“Inasmuch as ye have done it unto one of the least of these my brethren, ye have done it unto me.” (Matt. 25:40.)

It had been several years since Margaret attended a sacrament meeting; and as she walked into the chapel and quickly found a seat, she felt like a stranger. She had let a Word of Wisdom problem keep her away all that time. How often the bishop had visited her and counseled with her to “put the horse before the cart.” He told her that the more often she attended church and the more she prayed, the easier it would become for her to conquer her hurtful habit.

Though nearly all the ward members were now new to her, Margaret gradually began to feel as though she had come home after a long absence. The main speaker talked of willingness to sacrifice for the gospel, and Margaret determined that this was her answer. Too soon the closing prayer was said and she edged her way out with the crowd. She caught bits of conversations around her, silently longing to be part of them. Then suddenly a whispered voice behind her seemed to scream above all the others and pierce the very depths of her soul: “Well, did you smell the cigarettes? I could barely keep my mind on the talk. I’ll have to be more careful of where I sit.”

and Jesus wept

The light drizzle had turned to a heavier rain as Carl drove home from priesthood meeting, hoping the family would be ready and waiting. He had talked to some of the brethren longer than he should have and just barely had time to get Jan and the boys and return to Sunday School before it started.

On the way home he rounded a curve; and seeing a stalled car, he slowed down. He should offer to help, but if he did they would surely be late. Still, this was dreadful weather to be stuck along the road, and it was nearly three miles to the nearest service station.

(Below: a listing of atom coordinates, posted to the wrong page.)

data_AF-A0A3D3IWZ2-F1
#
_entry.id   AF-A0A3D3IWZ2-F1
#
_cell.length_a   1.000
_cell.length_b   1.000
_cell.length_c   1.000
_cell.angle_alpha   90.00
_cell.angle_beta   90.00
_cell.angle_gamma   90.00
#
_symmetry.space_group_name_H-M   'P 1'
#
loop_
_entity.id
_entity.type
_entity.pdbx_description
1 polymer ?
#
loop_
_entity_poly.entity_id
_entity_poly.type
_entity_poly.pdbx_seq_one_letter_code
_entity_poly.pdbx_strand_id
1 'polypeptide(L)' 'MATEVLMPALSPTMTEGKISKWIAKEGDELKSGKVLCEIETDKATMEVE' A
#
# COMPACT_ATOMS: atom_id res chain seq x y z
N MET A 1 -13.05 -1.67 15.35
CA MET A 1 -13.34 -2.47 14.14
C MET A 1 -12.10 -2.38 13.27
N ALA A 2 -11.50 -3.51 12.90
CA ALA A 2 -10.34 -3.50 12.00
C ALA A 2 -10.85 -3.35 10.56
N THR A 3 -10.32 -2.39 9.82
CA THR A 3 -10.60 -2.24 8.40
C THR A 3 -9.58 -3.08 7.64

Carl slowed down even more, as if in response to his conscience; but as he pulled close enough to see the driver, he pushed down hard on the accelerator and hurried by. “Just some bearded hippie-type anyhow,” he said to himself. “Let him get wet.”

and Jesus wept

Brian hurried through the gym’s swinging doors, throwing his jacket over his shoulder. He hoped he could catch a ride with Jim or one of the other guys. He knew they would all be headed for Taco Town after the game. Even if he were the only Mormon in the gang, the guys were alright, and Brian enjoyed being with them.

Being in such a small ward gave him no choice but to hang around with nonmembers. Sure, it was hard to live church standards when the rest of the group didn’t, but free agency certainly gave the guys the right to live the way they wanted to. It never seemed to be necessary to voice his beliefs. After all, they were a private thing between himself and the Lord. At any rate he had no intention of preaching to his friends.

As the boys sat around the cars laughing about the way they had beaten North High so badly, one of them pulled out a six-pack of beer and passed it around. “Here’s to the greatest team in the league,” he said, and everyone cheered their agreement to the toast.